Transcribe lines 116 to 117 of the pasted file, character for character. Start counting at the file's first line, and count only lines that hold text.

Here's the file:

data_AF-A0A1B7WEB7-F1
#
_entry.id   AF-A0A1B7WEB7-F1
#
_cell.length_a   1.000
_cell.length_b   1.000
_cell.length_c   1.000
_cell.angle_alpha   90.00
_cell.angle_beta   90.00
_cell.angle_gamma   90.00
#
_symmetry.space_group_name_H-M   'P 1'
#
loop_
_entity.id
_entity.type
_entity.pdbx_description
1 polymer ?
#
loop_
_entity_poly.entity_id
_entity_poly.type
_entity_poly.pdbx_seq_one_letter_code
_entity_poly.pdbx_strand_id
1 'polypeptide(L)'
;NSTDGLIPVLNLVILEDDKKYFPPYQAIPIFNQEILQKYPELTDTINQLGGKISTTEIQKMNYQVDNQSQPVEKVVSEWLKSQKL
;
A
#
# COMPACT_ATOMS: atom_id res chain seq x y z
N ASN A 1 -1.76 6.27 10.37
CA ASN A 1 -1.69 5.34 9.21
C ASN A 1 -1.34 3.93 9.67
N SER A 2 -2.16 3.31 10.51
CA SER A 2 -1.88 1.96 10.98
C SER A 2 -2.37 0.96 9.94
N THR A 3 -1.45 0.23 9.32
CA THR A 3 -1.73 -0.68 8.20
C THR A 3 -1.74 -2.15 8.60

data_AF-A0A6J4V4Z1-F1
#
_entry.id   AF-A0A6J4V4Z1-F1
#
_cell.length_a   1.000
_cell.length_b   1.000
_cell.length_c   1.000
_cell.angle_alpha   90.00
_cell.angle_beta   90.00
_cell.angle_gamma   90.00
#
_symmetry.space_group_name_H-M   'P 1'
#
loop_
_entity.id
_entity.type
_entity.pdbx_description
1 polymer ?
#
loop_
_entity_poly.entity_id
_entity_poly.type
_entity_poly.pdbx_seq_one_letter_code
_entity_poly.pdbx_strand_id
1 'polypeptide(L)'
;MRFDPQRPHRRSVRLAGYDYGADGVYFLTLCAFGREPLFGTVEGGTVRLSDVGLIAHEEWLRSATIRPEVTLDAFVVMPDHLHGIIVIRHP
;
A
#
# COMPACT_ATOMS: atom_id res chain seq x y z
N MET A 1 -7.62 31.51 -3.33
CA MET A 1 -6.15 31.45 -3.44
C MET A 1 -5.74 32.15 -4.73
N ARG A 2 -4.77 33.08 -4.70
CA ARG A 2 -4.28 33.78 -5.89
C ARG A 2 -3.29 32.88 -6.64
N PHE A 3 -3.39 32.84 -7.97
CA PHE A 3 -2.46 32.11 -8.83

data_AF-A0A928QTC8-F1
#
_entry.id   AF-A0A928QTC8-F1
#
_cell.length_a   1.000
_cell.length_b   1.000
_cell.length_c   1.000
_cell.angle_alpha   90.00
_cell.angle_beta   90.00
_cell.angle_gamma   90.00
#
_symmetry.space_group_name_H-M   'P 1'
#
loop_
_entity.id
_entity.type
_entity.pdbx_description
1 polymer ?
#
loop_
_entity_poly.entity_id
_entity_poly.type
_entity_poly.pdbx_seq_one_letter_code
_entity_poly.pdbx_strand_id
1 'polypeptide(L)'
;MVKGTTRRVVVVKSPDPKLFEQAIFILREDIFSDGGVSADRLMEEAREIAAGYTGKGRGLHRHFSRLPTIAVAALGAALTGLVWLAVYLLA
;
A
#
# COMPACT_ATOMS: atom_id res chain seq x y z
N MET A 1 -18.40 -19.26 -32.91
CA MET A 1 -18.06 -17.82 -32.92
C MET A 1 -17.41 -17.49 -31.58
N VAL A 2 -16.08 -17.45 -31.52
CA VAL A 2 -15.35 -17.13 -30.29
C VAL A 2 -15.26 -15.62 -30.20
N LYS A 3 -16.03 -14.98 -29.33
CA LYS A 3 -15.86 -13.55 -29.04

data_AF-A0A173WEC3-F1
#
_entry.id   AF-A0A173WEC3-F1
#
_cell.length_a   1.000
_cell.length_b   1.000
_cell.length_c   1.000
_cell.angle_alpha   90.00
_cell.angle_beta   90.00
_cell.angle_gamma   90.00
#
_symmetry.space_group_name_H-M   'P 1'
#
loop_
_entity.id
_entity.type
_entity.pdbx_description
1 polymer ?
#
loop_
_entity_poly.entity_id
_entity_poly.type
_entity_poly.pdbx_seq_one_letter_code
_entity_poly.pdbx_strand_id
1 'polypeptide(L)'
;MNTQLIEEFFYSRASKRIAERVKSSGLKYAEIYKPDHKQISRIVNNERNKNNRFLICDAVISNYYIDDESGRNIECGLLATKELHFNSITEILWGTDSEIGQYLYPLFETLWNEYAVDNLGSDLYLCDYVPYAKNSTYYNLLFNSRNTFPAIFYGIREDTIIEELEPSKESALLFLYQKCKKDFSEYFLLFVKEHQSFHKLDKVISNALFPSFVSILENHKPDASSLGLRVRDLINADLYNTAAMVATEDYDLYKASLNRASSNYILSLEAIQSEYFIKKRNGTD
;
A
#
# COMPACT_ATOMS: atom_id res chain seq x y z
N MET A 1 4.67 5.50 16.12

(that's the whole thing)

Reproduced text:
data_AF-A0A173WEC3-F1
#